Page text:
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Ac 21:1-16. Sailing from Ephesus, They Land at Tyre, and Thence Sailing to Ptolemais, They Proceed by Land to Cæsarea and Jerusalem.

1. we were gotten—"torn."

from them—expressing the difficulty and pain of the parting.

with a straight course—running before the wind, as Ac 16:11.

unto Coos—Cos, an island due south from Miletus, which they would reach in about six hours, and coming close to the mainland.

the day following unto Rhodes—another island, some fifty miles to the southeast, of brilliant classic memory and beauty.

thence unto Patara—a town on the magnificent mainland of Lycia, almost due east from Rhodes. It was the seat of a celebrated oracle of Apollo.

2. And finding a ship—their former one going no farther, probably.

to Phœnica—(See on Ac 11:19).

went abroad—One would almost think this extracted from a journal of the voyage, so graphic are its details.

3. when we … discovered—"sighted," as the phrase is.

Cyprus, we left it on the left hand—that is, steered southeast of it, leaving it on the northwest.

sailed into—"unto"

Syria, and landed at Tyre—the celebrated seat of maritime commerce for East and West. It might be reached from Patara in about two days.

there the ship was to unlade her burden—which gave the apostle time for what follows.

4-6. finding disciples—finding out the disciples, implying some search. They would expect such, from what is recorded, Ac 11:19. Perhaps they were not many; yet there were gifted ones among them.

who said to Paul … that he should not go up to Jerusalem—(See on Ac 20:23; also see on Ac 21:11-14).

5. they all brought us on our way with wives and children … and we kneeled down on the shore and prayed—(See on Ac 20:36). Observe here that the children of these Tyrian disciples not only were taken along with their parents, but must have joined in this act of solemn worship. See on Eph 6:1.

7. when we had finished our course—completing the voyage

from Tyre, we came—which they would do the same day.

to Ptolemais—anciently called Accho (Jud 1:31), now St. Jean d'Acre, or Acre.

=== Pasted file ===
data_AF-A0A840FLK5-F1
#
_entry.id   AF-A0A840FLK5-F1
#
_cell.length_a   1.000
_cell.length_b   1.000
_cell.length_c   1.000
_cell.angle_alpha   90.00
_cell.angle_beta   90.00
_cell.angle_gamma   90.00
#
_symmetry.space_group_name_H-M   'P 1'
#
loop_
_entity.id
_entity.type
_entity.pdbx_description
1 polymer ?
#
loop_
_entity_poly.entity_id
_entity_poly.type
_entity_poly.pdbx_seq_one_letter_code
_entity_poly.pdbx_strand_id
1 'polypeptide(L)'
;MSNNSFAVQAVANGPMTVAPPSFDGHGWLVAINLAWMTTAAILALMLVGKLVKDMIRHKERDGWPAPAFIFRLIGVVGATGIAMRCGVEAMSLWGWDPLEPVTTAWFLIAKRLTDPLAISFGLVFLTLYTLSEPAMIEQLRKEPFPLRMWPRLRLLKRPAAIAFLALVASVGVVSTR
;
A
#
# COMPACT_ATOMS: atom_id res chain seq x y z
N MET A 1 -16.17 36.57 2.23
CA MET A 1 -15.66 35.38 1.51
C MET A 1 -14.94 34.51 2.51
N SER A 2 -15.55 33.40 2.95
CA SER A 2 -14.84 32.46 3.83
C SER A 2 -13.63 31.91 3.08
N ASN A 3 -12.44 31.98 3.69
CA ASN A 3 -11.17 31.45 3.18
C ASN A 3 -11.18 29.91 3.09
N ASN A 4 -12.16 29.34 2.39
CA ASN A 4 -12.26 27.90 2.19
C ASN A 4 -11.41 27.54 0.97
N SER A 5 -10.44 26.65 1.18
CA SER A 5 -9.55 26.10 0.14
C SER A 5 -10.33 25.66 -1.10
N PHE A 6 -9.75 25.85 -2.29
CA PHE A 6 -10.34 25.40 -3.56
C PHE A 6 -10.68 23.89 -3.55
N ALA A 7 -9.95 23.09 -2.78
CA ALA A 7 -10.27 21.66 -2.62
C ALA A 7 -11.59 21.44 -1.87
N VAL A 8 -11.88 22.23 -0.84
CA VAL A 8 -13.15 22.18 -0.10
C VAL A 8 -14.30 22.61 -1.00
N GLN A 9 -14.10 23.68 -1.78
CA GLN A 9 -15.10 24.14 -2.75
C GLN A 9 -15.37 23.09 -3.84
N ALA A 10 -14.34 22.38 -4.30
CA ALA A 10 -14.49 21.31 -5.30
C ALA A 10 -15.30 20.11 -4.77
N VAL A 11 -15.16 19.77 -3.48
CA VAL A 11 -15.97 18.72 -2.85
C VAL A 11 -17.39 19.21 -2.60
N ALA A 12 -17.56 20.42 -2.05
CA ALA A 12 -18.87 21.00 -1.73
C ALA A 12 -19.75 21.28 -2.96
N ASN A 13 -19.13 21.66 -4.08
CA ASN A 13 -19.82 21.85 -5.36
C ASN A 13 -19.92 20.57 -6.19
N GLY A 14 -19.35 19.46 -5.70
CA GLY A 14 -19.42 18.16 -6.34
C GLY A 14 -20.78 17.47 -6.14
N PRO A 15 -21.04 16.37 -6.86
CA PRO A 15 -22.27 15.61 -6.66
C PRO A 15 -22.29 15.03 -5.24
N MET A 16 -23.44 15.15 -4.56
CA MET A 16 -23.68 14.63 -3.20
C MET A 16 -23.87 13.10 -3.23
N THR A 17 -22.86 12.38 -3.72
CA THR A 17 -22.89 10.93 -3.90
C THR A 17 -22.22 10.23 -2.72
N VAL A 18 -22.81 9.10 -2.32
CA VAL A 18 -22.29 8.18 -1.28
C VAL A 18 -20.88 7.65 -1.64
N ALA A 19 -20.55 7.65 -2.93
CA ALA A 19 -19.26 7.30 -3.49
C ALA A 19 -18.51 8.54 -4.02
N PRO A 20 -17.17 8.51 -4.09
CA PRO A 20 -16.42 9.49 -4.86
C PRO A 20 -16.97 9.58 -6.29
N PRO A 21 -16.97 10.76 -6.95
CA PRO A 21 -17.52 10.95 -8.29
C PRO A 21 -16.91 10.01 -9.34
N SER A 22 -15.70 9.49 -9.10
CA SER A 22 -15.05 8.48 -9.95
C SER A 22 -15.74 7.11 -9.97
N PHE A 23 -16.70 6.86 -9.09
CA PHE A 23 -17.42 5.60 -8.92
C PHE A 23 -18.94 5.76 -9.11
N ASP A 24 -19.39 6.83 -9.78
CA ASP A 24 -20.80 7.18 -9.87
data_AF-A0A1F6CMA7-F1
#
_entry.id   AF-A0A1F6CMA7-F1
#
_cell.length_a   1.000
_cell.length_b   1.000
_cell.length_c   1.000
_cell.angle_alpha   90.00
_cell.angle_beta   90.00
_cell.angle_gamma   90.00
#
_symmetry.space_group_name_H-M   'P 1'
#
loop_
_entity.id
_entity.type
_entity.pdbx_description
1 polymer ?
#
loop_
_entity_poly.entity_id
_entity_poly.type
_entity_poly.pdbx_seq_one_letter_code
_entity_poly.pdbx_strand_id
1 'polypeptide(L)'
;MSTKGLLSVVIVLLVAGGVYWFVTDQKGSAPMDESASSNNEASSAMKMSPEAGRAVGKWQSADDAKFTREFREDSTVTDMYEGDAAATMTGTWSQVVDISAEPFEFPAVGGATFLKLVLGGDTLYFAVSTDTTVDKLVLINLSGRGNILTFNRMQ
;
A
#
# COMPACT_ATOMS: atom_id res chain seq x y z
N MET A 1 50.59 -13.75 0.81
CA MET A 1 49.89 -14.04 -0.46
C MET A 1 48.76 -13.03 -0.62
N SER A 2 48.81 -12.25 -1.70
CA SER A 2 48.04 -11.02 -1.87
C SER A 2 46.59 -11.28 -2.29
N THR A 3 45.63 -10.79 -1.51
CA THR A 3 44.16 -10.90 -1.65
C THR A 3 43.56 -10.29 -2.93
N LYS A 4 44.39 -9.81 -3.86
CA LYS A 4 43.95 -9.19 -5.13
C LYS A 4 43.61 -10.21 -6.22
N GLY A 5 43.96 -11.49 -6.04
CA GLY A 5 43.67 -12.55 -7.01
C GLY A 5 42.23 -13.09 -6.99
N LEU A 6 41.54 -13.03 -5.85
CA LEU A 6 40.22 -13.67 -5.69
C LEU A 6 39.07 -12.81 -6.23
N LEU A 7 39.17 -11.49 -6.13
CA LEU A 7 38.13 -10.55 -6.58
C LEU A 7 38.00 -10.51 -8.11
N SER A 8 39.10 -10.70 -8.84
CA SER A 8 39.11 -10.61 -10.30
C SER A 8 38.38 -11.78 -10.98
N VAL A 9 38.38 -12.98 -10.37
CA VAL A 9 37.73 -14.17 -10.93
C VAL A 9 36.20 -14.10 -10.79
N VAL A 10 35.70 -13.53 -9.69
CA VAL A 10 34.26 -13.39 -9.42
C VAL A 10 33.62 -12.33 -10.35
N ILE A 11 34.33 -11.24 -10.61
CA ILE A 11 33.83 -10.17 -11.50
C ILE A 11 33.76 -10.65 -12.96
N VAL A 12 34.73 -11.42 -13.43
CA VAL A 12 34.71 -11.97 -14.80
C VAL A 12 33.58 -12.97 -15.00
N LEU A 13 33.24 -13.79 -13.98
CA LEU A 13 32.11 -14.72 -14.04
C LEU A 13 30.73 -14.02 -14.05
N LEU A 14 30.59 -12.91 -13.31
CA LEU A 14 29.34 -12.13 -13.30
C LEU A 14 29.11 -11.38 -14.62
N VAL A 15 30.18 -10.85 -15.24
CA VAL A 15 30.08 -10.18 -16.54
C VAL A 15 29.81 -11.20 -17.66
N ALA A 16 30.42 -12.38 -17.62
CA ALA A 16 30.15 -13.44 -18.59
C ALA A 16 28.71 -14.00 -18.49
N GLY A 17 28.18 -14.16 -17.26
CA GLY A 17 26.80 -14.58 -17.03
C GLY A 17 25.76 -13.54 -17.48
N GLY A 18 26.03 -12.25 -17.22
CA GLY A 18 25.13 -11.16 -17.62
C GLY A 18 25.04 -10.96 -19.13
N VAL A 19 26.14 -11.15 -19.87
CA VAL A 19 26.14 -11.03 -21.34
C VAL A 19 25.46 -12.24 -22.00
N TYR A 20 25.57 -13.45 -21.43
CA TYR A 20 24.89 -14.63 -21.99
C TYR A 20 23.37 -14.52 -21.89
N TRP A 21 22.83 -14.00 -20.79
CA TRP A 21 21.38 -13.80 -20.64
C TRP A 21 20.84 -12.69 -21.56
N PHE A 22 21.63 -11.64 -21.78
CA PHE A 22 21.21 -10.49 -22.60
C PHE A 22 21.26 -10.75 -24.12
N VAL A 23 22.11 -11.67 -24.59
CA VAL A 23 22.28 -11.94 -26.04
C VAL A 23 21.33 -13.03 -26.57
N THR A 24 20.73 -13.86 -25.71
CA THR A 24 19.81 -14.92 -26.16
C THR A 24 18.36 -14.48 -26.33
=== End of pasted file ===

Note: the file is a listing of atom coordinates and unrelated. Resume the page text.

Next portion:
and saluted the brethren, and abode, &c.—disciples gathered probably as at Tyre, on the occasion mentioned (Ac 11:19).

8-10. next day we that were of Paul's company departed—(The words "the were of Paul's company" are omitted in the best manuscripts. They were probably added as the connecting words at the head of some church lessons).

and came to Cæsarea—a run along the coast, southward, of some thirty miles.

Philip the evangelist—a term answering apparently very much to our missionary [Howson], by whose ministry such joy had been diffused over Samaria and the Ethiopian eunuch had been baptized (Ac 8:4-40).

one of the seven—deacons, who had "purchased to himself a good degree" (1Ti 3:13). He and Paul now meet for the first time, some twenty-five years after that time.

9. the same man had four daughters … which did prophesy—fulfilling Joe 2:28 (see Ac 2:18). This is mentioned, it would seem, merely as a high distinction divinely conferred on so devoted a servant of the Lord Jesus, and probably indicates the high tone of religion in his family.

10. tarried there many—"a good many"

days—Finding himself in good time for Pentecost at Jerusalem, he would feel it a refreshing thing to his spirit to hold Christian communion for a few days with such a family.

there came down from Judea—the news of Paul's arrival having spread.

a certain prophet … Agabus—no doubt the same as in Ac 11:28.

11-14. So shall the Jews bind the man that owneth this girdle, &c.—For though the Romans did it, it was at the Jews' instigation (Ac 21:33; Ac 28:17). Such dramatic methods of announcing important future events would bring the old prophets to remembrance. (Compare Isa 20:2, &c.; Jer 13:1, and Eze 5:1, &c.). This prediction and that at Tyre (Ac 21:4) were intended, not to prohibit him from going, but to put his courage to the test and when he stood the test, to deepen and mature it.

12. we and they at that place—the Cæsarean Christians.

besought him—even with tears, Ac 21:13.

not to go to Jerusalem.

13. Then Paul answered, What mean ye to weep and to break mine heart—Beautiful union of manly resoluteness and womanly tenderness, alike removed from mawkishness and stoicism!

I am ready not to be bound only—"If that is all, let it come."

but to die, &c.—It was well he could add this, for he had that also to do.

15, 16. we took up our carriages—"our baggage."

and went up to Jerusalem—for the fifth time after his conversion, thus concluding his third missionary tour, which proved his last, so far as recorded; for though he accomplished the fourth and last part of the missionary plan sketched out (Ac 19:21)—"After I have been at Jerusalem, I must also see Rome"—it was as "a prisoner of Jesus Christ."

16. went with us … and brought with them—rather, "brought us to."

One Mnason of Cyprus, an old disciple, &c.—not an "aged" disciple, but probably "a disciple of old standing," perhaps one of the three thousand converted on the day of Pentecost, or, more likely still, drawn to the Saviour Himself during His lifetime. He had come, probably, with the other Cyprians (Ac 11:20), to Antioch, "preaching the Lord Jesus unto the Grecians," and now he appears settled at Jerusalem.